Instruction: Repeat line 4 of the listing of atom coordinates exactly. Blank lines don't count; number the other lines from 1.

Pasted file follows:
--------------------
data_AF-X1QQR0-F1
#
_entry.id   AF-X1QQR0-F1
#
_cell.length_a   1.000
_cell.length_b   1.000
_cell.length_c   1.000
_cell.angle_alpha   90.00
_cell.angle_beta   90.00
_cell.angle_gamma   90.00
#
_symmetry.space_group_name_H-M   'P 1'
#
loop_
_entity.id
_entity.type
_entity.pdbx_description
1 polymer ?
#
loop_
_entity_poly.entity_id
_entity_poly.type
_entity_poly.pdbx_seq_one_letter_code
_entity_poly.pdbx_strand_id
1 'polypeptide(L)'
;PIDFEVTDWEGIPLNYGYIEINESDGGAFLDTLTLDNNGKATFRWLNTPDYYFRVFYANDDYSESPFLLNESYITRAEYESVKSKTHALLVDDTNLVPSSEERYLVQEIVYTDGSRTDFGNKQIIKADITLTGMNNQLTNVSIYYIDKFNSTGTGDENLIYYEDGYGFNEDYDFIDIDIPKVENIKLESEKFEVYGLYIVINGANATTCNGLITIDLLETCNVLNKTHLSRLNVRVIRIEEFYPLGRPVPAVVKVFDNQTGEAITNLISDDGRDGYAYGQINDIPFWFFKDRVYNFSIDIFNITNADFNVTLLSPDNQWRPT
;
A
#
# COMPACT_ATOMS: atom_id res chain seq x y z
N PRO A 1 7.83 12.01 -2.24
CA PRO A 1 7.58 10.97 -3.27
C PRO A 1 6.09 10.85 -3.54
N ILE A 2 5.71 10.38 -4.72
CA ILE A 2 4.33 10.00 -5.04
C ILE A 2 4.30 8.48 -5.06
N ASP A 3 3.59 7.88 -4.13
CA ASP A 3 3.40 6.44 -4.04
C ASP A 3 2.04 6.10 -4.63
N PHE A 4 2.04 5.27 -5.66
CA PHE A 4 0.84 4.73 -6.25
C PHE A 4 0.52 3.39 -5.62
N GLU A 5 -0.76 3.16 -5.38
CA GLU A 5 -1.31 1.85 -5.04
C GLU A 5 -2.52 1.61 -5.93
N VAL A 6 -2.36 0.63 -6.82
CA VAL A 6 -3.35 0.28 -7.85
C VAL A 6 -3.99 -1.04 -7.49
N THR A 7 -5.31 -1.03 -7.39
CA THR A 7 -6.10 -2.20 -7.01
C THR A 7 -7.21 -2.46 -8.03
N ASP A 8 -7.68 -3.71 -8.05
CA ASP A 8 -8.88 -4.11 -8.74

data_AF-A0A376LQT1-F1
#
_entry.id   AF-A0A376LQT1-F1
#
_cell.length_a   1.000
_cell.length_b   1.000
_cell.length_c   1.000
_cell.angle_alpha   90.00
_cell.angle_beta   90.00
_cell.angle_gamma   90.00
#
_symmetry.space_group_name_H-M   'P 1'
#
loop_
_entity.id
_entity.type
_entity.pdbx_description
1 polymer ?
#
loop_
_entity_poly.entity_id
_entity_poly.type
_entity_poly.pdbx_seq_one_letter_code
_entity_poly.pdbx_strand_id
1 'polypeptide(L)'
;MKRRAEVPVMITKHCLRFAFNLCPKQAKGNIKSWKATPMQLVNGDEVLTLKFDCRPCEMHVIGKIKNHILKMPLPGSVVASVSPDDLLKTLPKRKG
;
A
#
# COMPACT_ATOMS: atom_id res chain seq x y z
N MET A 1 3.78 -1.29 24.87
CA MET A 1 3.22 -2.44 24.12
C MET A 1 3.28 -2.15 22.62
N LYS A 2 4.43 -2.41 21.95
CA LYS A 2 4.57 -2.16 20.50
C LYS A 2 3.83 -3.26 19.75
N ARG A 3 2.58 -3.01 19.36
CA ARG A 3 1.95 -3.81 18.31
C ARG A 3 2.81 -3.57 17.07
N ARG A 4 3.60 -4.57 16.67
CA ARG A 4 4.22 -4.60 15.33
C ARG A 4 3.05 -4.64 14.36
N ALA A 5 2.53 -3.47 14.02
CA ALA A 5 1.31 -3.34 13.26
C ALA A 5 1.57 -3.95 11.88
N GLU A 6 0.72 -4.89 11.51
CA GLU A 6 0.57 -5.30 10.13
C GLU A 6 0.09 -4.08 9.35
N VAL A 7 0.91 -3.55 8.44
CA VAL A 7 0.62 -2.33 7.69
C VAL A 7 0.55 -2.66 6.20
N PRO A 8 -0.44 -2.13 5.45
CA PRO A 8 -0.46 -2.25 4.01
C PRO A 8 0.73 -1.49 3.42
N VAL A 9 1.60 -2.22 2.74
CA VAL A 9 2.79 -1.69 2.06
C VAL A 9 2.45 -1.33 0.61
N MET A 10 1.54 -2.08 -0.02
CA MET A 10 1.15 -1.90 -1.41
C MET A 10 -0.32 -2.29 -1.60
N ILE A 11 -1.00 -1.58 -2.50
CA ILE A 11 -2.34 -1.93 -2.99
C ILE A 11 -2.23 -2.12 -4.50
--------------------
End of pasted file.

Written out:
#